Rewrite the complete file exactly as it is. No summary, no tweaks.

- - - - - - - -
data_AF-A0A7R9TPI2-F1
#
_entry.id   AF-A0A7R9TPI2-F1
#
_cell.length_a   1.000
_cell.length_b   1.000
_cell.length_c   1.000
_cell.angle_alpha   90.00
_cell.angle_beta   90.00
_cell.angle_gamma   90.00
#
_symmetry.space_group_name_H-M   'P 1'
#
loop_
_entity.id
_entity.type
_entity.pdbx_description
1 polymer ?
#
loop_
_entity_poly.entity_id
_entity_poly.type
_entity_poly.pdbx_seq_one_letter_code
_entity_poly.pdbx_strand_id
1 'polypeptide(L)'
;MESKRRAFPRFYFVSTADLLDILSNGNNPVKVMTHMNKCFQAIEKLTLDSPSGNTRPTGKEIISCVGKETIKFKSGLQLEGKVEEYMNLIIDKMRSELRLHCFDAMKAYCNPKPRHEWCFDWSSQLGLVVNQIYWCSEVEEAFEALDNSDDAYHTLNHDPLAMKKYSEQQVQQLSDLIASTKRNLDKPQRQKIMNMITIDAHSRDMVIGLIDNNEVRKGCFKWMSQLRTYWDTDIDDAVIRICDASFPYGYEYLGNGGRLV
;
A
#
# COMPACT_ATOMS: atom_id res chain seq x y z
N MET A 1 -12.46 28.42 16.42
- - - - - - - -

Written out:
data_AF-A0A7R9TPI2-F1
#
_entry.id   AF-A0A7R9TPI2-F1
#
_cell.length_a   1.000
_cell.length_b   1.000
_cell.length_c   1.000
_cell.angle_alpha   90.00
_cell.angle_beta   90.00
_cell.angle_gamma   90.00
#
_symmetry.space_group_name_H-M   'P 1'
#
loop_
_entity.id
_entity.type
_entity.pdbx_description
1 polymer ?
#
loop_
_entity_poly.entity_id
_entity_poly.type
_entity_poly.pdbx_seq_one_letter_code
_entity_poly.pdbx_strand_id
1 'polypeptide(L)'
;MESKRRAFPRFYFVSTADLLDILSNGNNPVKVMTHMNKCFQAIEKLTLDSPSGNTRPTGKEIISCVGKETIKFKSGLQLEGKVEEYMNLIIDKMRSELRLHCFDAMKAYCNPKPRHEWCFDWSSQLGLVVNQIYWCSEVEEAFEALDNSDDAYHTLNHDPLAMKKYSEQQVQQLSDLIASTKRNLDKPQRQKIMNMITIDAHSRDMVIGLIDNNEVRKGCFKWMSQLRTYWDTDIDDAVIRICDASFPYGYEYLGNGGRLV
;
A
#
# COMPACT_ATOMS: atom_id res chain seq x y z
N MET A 1 -12.46 28.42 16.42